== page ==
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Title: Effect of selenium and vitamin E dietary deficiencies on chick lymphoid organ development (42361)

Abstract

Diets specifically deficient in selenium (Se) and/or vitamin E or adequate in both nutrients were fed to chicks from the time of hatching. Lymphoid organs (bursa, thymus, and in some instances, spleen) were collected from chicks 7-35 days of age. Growth of the chicks fed these diets was monitored over the experimental period as was lymphoid organ growth. The development of the primary lymphoid organs was further assessed by histological techniques and the organ contents of vitamin E (..cap alpha..-tocopherol) and Se were determined. Specific deficiencies of either Se or vitamin E were found to significantly impair bursal growth as did a combined deficiency. Thymic growth was impaired only by the combined deficiency diet. Severe histopathological changes in the bursa resulted from the combined deficiency and these were detectable by 10-14 days after hatching. These changes were characterized by a gradual degeneration of the epithelium and an accompanying depletion of lymphocytes. Similar changes, although slower to develop and less severe, were observed in the thymus as a result of the combined deficiency. When both serum and tissue levels of vitamin E and Se were monitored, it was observed that these were rapidly and independently depleted by the specific deficiency diets.more » These data suggest that the primary lymphoid organs are major targets of Se and vitamin E dietary deficiencies and provide a possible mechanism by which immune function may be impaired.« less

Authors:
; ; ;
Publication Date:
Research Org.:
Cornell Univ., Ithaca, NY
OSTI Identifier:
6936086
Alternate Identifier(s):
OSTI ID: 6936086
Resource Type:
Journal Article
Resource Relation:
Journal Name: Proc. Soc. Exp. Biol. Med.; (United States); Journal Volume: 182:4
Country of Publication:
United States
Language:
English
Subject:
59 BASIC BIOLOGICAL SCIENCES; CHICKENS; ANIMAL GROWTH; SELENIUM; BIOLOGICAL EFFECTS; VITAMIN E; CRITICAL ORGANS; EPITHELIUM; IMMUNOLOGY; LYMPHOCYTES; NUTRITIONAL DEFICIENCY; PATHOLOGICAL CHANGES; THYMUS; ANIMAL CELLS; ANIMAL TISSUES; ANIMALS; BIOLOGICAL MATERIALS; BIRDS; BLOOD; BLOOD CELLS; BODY; BODY FLUIDS; CONNECTIVE TISSUE CELLS; ELEMENTS; FOWL; GROWTH; LEUKOCYTES; LYMPHATIC SYSTEM; MATERIALS; ORGANS; SEMIMETALS; SOMATIC CELLS; TISSUES; VERTEBRATES; VITAMINS 550500* -- Metabolism

Citation Formats

Marsh, J.A., Combs, G.F. Jr., Whitacre, M.E., and Dietert, R.R. Effect of selenium and vitamin E dietary deficiencies on chick lymphoid organ development (42361). United States: N. p., 1986. Web. doi:10.3181/00379727-182-42361.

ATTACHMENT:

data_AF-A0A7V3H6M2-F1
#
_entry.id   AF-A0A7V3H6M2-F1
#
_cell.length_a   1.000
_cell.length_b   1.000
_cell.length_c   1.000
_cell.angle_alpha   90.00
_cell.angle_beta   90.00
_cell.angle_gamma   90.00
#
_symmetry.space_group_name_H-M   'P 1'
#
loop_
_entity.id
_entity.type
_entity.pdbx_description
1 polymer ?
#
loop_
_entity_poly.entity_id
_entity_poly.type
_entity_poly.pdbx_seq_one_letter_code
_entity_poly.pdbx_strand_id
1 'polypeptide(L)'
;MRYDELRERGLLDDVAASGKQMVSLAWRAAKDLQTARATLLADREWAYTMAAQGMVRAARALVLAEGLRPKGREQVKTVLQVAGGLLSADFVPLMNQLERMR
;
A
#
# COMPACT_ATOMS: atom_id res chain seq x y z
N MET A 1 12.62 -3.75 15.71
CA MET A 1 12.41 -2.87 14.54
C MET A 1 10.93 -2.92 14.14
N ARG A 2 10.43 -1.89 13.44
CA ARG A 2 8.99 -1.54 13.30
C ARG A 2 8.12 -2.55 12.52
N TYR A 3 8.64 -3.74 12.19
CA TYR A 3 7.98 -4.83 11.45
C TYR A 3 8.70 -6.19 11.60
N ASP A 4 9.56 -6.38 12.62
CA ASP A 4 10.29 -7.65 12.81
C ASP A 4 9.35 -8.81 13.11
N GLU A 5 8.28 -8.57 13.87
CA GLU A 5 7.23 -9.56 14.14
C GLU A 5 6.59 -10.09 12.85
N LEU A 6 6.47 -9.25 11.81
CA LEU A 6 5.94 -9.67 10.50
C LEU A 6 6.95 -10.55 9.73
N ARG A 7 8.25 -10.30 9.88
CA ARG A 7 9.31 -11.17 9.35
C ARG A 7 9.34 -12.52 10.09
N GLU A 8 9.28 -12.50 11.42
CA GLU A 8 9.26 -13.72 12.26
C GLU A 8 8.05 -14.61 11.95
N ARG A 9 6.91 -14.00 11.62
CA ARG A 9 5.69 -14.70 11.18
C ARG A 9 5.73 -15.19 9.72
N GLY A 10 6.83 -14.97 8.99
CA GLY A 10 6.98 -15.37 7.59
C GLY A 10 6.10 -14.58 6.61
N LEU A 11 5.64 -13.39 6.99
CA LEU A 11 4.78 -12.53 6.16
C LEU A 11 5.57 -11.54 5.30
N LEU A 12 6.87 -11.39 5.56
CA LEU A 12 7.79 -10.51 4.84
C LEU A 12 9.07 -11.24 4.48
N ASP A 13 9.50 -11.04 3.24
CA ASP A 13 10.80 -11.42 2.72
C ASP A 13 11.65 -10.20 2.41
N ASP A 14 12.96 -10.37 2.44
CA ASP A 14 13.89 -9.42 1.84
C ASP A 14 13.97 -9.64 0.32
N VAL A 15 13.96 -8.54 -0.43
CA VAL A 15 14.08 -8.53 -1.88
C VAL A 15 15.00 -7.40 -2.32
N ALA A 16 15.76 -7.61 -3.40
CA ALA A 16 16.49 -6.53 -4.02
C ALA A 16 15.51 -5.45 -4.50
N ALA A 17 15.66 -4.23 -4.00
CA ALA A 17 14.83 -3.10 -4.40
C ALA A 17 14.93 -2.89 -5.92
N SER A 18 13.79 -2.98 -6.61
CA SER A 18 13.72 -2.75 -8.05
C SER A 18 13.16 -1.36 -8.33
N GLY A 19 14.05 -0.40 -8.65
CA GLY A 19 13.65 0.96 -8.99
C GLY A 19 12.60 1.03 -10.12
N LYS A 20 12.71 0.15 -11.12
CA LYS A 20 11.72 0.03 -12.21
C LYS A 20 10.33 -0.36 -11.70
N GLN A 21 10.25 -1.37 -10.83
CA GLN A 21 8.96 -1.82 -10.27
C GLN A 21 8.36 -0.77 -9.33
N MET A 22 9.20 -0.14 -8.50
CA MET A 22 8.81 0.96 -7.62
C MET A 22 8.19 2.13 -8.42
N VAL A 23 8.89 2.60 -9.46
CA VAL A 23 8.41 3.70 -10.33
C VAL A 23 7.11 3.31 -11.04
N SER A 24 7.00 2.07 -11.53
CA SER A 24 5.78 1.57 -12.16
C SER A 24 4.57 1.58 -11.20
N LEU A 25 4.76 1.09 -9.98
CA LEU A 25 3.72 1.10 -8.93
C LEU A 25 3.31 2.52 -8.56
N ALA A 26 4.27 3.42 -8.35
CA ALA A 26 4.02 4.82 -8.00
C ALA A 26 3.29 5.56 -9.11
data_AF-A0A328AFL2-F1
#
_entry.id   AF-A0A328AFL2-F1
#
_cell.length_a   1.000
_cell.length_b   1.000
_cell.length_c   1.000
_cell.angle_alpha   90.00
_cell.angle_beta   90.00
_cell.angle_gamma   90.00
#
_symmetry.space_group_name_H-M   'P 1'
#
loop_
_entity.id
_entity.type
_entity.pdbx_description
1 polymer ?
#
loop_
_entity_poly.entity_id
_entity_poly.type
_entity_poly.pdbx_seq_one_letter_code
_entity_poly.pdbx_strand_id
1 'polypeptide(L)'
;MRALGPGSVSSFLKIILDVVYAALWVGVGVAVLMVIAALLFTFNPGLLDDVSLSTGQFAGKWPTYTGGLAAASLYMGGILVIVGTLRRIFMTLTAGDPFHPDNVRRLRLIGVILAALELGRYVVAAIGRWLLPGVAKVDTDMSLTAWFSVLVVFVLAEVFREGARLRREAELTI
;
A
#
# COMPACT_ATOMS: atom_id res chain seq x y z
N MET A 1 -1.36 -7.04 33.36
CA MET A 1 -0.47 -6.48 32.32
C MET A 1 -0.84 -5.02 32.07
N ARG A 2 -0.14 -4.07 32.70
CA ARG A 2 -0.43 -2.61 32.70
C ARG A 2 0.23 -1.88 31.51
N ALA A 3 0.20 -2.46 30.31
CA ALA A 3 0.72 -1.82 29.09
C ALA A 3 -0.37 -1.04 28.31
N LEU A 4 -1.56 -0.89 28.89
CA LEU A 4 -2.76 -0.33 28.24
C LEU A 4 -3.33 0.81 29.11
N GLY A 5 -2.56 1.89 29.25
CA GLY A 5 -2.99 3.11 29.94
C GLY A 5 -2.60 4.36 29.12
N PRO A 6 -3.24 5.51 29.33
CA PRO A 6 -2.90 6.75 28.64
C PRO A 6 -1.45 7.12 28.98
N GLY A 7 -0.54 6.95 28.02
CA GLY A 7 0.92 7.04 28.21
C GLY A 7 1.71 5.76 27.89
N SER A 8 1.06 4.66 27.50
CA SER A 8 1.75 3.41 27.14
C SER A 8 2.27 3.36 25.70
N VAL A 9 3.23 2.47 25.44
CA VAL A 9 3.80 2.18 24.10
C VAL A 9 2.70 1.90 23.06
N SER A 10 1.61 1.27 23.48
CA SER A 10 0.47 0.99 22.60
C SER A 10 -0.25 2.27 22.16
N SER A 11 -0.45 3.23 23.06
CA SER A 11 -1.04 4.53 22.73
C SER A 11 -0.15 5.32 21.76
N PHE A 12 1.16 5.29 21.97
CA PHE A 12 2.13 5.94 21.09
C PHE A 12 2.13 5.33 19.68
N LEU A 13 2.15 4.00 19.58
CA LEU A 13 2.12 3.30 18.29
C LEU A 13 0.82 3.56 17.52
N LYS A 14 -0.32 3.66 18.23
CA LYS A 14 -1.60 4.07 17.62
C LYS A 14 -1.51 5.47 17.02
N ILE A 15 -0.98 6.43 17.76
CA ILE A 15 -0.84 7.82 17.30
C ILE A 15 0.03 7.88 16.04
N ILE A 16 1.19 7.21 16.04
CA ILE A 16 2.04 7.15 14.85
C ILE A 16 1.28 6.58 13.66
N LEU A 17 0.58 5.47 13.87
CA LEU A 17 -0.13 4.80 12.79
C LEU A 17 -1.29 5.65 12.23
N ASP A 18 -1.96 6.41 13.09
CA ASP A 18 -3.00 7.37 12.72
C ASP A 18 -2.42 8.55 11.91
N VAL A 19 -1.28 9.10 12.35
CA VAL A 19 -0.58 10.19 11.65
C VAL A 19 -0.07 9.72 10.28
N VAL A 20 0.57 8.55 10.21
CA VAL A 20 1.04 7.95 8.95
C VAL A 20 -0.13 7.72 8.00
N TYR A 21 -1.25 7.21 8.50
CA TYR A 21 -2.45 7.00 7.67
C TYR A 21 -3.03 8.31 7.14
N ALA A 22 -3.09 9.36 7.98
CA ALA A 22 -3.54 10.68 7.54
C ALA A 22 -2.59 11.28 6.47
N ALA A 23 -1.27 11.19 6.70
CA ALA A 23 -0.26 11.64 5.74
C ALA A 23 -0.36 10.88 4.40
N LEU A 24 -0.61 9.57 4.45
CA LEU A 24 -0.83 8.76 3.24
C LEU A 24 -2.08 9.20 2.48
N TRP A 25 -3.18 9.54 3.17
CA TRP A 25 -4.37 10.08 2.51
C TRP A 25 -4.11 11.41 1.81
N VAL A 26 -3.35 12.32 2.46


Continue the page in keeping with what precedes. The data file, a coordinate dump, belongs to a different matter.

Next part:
Marsh, J.A., Combs, G.F. Jr., Whitacre, M.E., & Dietert, R.R. Effect of selenium and vitamin E dietary deficiencies on chick lymphoid organ development (42361). United States. doi:10.3181/00379727-182-42361.
Marsh, J.A., Combs, G.F. Jr., Whitacre, M.E., and Dietert, R.R. Mon . "Effect of selenium and vitamin E dietary deficiencies on chick lymphoid organ development (42361)". United States. doi:10.3181/00379727-182-42361.
@article{osti_6936086,
title = {Effect of selenium and vitamin E dietary deficiencies on chick lymphoid organ development (42361)},
author = {Marsh, J.A. and Combs, G.F. Jr. and Whitacre, M.E. and Dietert, R.R.},
abstractNote = {Diets specifically deficient in selenium (Se) and/or vitamin E or adequate in both nutrients were fed to chicks from the time of hatching. Lymphoid organs (bursa, thymus, and in some instances, spleen) were collected from chicks 7-35 days of age. Growth of the chicks fed these diets was monitored over the experimental period as was lymphoid organ growth. The development of the primary lymphoid organs was further assessed by histological techniques and the organ contents of vitamin E (..cap alpha..-tocopherol) and Se were determined. Specific deficiencies of either Se or vitamin E were found to significantly impair bursal growth as did a combined deficiency. Thymic growth was impaired only by the combined deficiency diet. Severe histopathological changes in the bursa resulted from the combined deficiency and these were detectable by 10-14 days after hatching. These changes were characterized by a gradual degeneration of the epithelium and an accompanying depletion of lymphocytes. Similar changes, although slower to develop and less severe, were observed in the thymus as a result of the combined deficiency. When both serum and tissue levels of vitamin E and Se were monitored, it was observed that these were rapidly and independently depleted by the specific deficiency diets. These data suggest that the primary lymphoid organs are major targets of Se and vitamin E dietary deficiencies and provide a possible mechanism by which immune function may be impaired.},
doi = {10.3181/00379727-182-42361},
journal = {Proc. Soc. Exp. Biol. Med.; (United States)},
number = ,
volume = 182:4,
place = {United States},
year = {Mon Sep 01 00:00:00 EDT 1986},
month = {Mon Sep 01 00:00:00 EDT 1986}
}